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Role Models

July 28, 2010

Southern W.Va. women serve as true role models for younger generation

By KATE COIL
Bluefield Daily Telegraph

Part of my morning routine, whether I’m in the office or not, is taking a look at all of the major news sites to see what is going on in this wide world of ours. Usually, I glance over the major headlines unless something strikes my fancy. Last week, one headline caught my attention, but for all the wrong reasons.

The headline read: “Why Brittney Spears is a Good Role Model for Lindsay Lohan.” I will not say which news outlet dared put this headline, but I found it safe to say they don’t know the definition of the word “role model.”

Just to make sure, I looked up the word in my beloved American Heritage Dictionary to see role model is defined as “A person who serves as an example of the values, attitudes, and behaviors associated with a role.”

This only confirmed to me that the writer of the offending news headline and even more offending news article should probably consult their own dictionaries just for clarity. There aren’t many young celebrities out there who should be cast as a role model for anyone.

I would say that a girl’s first role model comes close to home, perhaps a mother, sister, grandmother or aunt whom she wants to emulate. As I grew up, my role models became more about the type of person I wanted to be. I idolized journalists like Christiane Amanpour and writers like J.K. Rowling or Jane Austen.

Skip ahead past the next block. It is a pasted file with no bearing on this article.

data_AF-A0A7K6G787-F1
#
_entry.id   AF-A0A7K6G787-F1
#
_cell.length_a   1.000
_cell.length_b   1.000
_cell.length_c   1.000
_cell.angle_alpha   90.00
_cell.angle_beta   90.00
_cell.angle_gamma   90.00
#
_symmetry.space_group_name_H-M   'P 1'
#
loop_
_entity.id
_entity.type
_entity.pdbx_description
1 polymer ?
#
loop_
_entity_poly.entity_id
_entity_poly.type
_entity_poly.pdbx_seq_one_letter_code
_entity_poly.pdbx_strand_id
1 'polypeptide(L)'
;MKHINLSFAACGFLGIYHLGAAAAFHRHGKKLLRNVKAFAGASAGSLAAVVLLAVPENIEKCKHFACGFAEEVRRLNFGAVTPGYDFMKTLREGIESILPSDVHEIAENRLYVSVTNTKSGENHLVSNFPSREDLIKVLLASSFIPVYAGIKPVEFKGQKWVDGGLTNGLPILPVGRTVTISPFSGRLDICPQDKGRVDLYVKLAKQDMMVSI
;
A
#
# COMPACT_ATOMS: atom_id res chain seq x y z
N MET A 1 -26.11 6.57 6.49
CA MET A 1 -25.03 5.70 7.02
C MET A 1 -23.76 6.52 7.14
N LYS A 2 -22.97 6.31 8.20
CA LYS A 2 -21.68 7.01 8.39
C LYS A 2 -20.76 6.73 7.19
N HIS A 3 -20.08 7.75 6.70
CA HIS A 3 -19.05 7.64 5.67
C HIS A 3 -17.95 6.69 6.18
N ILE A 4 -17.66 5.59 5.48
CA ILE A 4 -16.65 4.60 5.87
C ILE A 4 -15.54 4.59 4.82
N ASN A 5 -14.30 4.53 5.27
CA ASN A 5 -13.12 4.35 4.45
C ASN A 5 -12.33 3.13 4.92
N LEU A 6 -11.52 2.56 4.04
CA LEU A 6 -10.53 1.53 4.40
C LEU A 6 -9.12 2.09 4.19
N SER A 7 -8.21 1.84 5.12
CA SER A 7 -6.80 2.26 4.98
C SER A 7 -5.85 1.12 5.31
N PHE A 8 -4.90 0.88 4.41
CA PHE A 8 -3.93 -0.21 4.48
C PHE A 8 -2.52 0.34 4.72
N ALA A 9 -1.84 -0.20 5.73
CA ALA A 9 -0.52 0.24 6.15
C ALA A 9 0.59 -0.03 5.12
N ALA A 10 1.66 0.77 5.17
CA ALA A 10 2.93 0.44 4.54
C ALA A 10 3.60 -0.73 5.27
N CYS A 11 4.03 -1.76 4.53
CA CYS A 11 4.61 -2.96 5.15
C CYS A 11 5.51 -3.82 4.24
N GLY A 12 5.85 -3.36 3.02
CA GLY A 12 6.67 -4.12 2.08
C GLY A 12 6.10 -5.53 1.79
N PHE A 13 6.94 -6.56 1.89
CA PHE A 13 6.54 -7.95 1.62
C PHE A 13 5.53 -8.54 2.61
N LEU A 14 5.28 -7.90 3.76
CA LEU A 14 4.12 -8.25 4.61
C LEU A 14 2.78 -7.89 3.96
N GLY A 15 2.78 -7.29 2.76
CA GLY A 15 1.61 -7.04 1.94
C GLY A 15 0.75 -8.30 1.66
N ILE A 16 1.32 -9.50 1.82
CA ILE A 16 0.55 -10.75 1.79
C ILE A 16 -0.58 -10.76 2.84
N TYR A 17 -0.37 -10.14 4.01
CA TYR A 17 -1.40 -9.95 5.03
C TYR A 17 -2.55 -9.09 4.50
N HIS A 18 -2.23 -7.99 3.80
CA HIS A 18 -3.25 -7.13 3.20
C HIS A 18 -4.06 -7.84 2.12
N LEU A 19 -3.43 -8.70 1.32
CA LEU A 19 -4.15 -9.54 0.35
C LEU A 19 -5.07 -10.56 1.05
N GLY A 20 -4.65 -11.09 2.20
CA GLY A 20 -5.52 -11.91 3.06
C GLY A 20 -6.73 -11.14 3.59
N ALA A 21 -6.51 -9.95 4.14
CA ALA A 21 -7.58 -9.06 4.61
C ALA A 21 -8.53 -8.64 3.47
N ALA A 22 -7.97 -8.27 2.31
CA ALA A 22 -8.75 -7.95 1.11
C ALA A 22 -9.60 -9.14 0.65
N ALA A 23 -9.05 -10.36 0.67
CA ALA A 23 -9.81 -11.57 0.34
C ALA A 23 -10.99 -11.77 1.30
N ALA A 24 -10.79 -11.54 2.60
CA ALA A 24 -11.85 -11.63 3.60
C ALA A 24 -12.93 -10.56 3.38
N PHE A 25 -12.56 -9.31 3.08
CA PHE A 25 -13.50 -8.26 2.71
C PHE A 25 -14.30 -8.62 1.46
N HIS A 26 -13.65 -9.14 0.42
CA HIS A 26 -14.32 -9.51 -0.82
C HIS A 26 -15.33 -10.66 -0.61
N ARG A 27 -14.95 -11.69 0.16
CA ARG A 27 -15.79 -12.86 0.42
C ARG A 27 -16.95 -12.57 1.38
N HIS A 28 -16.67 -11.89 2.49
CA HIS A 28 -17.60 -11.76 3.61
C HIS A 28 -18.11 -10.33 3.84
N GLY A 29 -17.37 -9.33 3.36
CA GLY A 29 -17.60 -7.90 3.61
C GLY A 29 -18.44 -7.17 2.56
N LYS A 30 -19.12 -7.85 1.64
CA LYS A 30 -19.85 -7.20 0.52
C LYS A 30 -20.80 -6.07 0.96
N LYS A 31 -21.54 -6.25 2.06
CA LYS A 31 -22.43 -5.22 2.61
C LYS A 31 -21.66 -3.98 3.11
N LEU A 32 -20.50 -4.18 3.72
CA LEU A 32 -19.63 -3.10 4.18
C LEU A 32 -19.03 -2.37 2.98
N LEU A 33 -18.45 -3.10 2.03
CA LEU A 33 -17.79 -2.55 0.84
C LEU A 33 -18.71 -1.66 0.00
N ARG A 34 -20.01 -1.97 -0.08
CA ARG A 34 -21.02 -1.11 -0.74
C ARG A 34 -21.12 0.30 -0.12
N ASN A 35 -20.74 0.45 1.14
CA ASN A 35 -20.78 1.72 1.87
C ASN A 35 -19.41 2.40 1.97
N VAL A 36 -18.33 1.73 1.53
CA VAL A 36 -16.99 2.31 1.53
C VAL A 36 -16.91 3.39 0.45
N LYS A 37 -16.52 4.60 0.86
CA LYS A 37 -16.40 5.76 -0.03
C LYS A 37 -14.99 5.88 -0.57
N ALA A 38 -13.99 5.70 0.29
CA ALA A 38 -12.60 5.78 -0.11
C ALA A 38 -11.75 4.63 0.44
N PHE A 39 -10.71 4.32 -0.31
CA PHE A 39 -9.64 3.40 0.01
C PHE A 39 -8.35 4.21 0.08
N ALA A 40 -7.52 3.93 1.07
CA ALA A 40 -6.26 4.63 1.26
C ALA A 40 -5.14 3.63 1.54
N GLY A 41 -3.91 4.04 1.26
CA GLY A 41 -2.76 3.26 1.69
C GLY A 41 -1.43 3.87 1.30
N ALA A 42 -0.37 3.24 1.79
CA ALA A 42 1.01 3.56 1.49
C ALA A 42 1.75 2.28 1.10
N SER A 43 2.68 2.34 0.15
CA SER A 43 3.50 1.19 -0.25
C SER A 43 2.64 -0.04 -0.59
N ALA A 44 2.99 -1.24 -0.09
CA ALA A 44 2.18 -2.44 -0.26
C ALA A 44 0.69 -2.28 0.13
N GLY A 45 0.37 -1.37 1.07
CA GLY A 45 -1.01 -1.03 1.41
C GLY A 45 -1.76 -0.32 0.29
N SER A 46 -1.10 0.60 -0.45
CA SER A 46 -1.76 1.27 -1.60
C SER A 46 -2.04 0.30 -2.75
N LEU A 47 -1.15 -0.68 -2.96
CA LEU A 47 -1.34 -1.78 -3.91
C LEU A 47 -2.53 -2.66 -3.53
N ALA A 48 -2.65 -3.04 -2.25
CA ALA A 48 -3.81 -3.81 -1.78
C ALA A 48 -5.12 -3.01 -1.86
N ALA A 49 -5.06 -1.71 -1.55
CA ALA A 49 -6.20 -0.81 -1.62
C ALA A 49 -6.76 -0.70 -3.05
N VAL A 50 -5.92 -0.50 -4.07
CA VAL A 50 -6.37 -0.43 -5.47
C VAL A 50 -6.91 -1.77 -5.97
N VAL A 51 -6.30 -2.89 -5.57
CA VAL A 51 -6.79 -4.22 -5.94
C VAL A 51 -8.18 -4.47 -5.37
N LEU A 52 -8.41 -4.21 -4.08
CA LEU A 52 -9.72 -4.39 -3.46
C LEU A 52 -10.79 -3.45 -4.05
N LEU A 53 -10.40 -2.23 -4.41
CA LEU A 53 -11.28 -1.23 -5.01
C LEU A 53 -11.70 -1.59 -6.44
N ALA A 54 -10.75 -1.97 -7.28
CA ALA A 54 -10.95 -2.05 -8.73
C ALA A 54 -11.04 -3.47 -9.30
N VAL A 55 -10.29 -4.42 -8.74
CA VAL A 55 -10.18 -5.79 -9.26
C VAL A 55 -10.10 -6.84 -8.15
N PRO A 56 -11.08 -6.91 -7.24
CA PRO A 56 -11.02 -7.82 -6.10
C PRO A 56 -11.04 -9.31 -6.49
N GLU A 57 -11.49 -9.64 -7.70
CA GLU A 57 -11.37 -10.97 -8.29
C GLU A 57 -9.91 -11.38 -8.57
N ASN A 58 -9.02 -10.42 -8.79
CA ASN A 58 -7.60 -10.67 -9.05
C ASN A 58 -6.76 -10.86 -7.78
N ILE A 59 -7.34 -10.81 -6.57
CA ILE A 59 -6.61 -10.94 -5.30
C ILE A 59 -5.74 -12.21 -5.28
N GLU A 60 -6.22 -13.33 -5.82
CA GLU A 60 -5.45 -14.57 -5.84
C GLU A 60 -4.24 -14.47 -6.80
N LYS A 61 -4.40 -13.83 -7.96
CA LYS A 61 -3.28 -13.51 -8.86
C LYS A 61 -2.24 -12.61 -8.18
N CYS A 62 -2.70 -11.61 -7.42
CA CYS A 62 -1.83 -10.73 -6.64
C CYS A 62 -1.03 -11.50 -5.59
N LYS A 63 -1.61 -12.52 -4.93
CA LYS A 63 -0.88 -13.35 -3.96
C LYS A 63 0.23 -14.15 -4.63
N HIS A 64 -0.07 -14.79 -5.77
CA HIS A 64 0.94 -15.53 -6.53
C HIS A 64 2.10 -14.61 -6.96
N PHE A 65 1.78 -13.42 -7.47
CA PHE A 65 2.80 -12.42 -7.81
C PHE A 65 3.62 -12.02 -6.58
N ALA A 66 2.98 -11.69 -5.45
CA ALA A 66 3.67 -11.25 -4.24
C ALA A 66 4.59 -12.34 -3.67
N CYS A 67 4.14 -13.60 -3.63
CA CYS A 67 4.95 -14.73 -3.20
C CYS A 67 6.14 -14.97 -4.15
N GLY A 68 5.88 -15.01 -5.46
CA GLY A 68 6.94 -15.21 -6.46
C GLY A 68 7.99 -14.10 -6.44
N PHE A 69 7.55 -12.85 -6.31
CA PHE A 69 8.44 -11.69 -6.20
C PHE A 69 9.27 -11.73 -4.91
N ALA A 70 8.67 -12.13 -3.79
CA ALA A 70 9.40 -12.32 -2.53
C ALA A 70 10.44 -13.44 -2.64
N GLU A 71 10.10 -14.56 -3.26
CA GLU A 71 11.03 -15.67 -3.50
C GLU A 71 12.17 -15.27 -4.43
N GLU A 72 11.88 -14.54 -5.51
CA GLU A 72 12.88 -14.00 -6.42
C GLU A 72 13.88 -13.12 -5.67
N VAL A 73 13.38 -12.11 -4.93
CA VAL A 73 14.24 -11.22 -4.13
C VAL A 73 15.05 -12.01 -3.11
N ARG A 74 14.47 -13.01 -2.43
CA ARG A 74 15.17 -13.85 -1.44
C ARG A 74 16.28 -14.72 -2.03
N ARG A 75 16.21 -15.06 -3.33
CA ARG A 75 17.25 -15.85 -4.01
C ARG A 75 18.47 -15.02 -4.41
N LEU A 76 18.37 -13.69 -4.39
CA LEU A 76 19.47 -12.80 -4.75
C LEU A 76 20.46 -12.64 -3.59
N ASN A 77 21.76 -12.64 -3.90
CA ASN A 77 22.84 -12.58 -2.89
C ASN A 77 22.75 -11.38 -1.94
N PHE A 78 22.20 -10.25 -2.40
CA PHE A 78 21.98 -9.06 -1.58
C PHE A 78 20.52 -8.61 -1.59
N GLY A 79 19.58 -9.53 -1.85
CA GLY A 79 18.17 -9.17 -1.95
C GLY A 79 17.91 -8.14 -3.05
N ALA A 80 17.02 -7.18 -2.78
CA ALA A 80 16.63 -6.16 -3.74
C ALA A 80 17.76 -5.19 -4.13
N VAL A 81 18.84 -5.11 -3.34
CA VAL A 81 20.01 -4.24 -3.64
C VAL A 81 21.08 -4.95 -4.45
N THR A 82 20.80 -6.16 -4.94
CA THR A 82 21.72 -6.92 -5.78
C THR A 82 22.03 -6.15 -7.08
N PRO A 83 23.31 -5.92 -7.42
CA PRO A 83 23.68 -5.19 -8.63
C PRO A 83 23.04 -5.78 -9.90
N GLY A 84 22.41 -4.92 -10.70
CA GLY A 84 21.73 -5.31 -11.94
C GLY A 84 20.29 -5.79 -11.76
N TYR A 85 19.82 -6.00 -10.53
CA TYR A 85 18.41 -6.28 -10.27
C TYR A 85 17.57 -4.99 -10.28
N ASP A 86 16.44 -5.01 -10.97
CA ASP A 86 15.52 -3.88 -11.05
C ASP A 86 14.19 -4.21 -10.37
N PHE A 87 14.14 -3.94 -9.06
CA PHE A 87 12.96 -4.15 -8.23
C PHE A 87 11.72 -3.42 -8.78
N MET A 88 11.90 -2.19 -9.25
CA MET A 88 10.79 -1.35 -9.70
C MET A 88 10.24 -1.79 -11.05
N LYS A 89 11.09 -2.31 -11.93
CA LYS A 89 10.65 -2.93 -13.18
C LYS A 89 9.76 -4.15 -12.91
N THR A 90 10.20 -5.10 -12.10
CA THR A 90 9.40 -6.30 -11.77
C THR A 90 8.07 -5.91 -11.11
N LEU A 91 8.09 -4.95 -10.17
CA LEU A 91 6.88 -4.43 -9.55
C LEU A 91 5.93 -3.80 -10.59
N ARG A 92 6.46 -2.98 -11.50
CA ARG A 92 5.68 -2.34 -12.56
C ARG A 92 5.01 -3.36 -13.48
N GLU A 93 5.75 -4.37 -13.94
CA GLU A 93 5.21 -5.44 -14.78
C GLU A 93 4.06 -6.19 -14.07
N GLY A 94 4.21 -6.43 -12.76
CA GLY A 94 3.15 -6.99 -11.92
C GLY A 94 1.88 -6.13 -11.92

In our celebrity-obsessed culture, it worries me that younger girls, for example my little sister, might not have the healthiest of role models to look up to. Even though they don’t always make headlines, there are still many women out there who are worthy of the title of “role model.”

While working for the Bluefield Daily Telegraph, I have had great opportunities to meet real women who should serve as role models for the young women of today, women who I certainly respect and look up to after learning the stories of their extraordinary lives.

One of the first was Claire Mickelsen, a woman who served with the Lady Marines during World War II. In addition to seeing her uniform for her days in the service, I also got to speak with her about what it was like as a woman in the military during a time when it wasn’t as common for girls to sign up alongside the boys.

Mrs. Mickelsen worked her way up through the ranks and did her duty for her country. Once she was out of the Marines, she went on to get her master’s degree and traveled around the United States as well as lived in Iran before the hostage crises of 1979.

The thing more amazing than Mrs. Mickelsen’s life story was her sense of duty to her country and her feeling that anyone in her place would have done the same thing. Claire Mickelsen is a true role model for not only her hard work ethic and sense of patriotic duty, but her charisma and the strength it must have taken to help keep the country running when America was in the midst of one of the worst wars in history.

Another amazing woman I had the chance to meet was Beulah Ann Bailey,…read more

Mary Ann Merritt
WMA National PRO

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